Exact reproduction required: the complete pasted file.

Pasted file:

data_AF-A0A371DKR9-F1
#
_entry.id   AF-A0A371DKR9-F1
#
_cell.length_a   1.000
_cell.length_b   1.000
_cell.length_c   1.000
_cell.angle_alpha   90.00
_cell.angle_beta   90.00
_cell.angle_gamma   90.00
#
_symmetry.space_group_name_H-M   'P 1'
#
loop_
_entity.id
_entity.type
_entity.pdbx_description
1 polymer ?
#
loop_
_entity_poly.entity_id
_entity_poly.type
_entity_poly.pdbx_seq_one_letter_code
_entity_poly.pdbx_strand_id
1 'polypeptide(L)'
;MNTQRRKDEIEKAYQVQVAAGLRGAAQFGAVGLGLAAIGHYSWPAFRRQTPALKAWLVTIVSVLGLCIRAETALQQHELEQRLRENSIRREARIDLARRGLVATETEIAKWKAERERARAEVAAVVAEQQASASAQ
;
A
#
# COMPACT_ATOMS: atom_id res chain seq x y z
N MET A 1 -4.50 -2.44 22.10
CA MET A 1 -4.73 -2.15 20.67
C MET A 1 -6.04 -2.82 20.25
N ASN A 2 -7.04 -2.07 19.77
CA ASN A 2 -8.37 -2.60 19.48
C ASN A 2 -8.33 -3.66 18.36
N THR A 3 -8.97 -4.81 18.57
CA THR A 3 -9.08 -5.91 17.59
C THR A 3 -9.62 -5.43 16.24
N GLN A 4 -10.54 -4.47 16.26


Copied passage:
data_AF-A0A371DKR9-F1
#
_entry.id   AF-A0A371DKR9-F1
#
_cell.length_a   1.000
_cell.length_b   1.000
_cell.length_c   1.000
_cell.angle_alpha   90.00
_cell.angle_beta   90.00
_cell.angle_gamma   90.00
#
_symmetry.space_group_name_H-M   'P 1'
#
loop_
_entity.id
_entity.type
_entity.pdbx_description
1 polymer ?
#
loop_
_entity_poly.entity_id
_entity_poly.type
_entity_poly.pdbx_seq_one_letter_code
_entity_poly.pdbx_strand_id
1 'polypeptide(L)'
;MNTQRRKDEIEKAYQVQVAAGLRGAAQFGAVGLGLAAIGHYSWPAFRRQTPALKAWLVTIVSVLGLCIRAETALQQHELEQRLRENSIRREARIDLARRGLVATETEIAKWKAERERARAEVAAVVAEQQASASAQ
;
A
#
# COMPACT_ATOMS: atom_id res chain seq x y z
N MET A 1 -4.50 -2.44 22.10
CA MET A 1 -4.73 -2.15 20.67
C MET A 1 -6.04 -2.82 20.25
N ASN A 2 -7.04 -2.07 19.77
CA ASN A 2 -8.37 -2.60 19.48
C ASN A 2 -8.33 -3.66 18.36
N THR A 3 -8.97 -4.81 18.57
CA THR A 3 -9.08 -5.91 17.59
C THR A 3 -9.62 -5.43 16.24
N GLN A 4 -10.54 -4.47 16.26